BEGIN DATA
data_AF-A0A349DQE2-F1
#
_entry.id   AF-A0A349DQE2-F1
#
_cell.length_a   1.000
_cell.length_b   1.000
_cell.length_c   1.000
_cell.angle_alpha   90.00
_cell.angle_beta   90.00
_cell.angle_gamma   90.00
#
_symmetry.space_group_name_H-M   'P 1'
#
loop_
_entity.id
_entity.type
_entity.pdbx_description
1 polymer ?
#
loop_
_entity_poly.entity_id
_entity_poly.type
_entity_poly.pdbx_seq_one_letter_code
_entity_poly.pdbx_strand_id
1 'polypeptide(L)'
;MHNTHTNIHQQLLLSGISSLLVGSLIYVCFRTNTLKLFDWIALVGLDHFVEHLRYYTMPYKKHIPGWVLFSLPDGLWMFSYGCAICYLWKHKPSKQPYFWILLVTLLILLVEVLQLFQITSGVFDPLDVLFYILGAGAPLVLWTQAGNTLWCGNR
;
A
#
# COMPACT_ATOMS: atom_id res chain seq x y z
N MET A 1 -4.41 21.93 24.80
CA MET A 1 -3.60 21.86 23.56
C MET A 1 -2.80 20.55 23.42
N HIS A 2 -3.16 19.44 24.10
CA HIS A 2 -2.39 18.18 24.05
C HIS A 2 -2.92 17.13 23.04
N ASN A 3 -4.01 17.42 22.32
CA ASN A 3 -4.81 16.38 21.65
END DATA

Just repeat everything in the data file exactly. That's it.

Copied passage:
data_AF-A0A349DQE2-F1
#
_entry.id   AF-A0A349DQE2-F1
#
_cell.length_a   1.000
_cell.length_b   1.000
_cell.length_c   1.000
_cell.angle_alpha   90.00
_cell.angle_beta   90.00
_cell.angle_gamma   90.00
#
_symmetry.space_group_name_H-M   'P 1'
#
loop_
_entity.id
_entity.type
_entity.pdbx_description
1 polymer ?
#
loop_
_entity_poly.entity_id
_entity_poly.type
_entity_poly.pdbx_seq_one_letter_code
_entity_poly.pdbx_strand_id
1 'polypeptide(L)'
;MHNTHTNIHQQLLLSGISSLLVGSLIYVCFRTNTLKLFDWIALVGLDHFVEHLRYYTMPYKKHIPGWVLFSLPDGLWMFSYGCAICYLWKHKPSKQPYFWILLVTLLILLVEVLQLFQITSGVFDPLDVLFYILGAGAPLVLWTQAGNTLWCGNR
;
A
#
# COMPACT_ATOMS: atom_id res chain seq x y z
N MET A 1 -4.41 21.93 24.80
CA MET A 1 -3.60 21.86 23.56
C MET A 1 -2.80 20.55 23.42
N HIS A 2 -3.16 19.44 24.10
CA HIS A 2 -2.39 18.18 24.05
C HIS A 2 -2.92 17.13 23.04
N ASN A 3 -4.01 17.42 22.32
CA ASN A 3 -4.81 16.38 21.65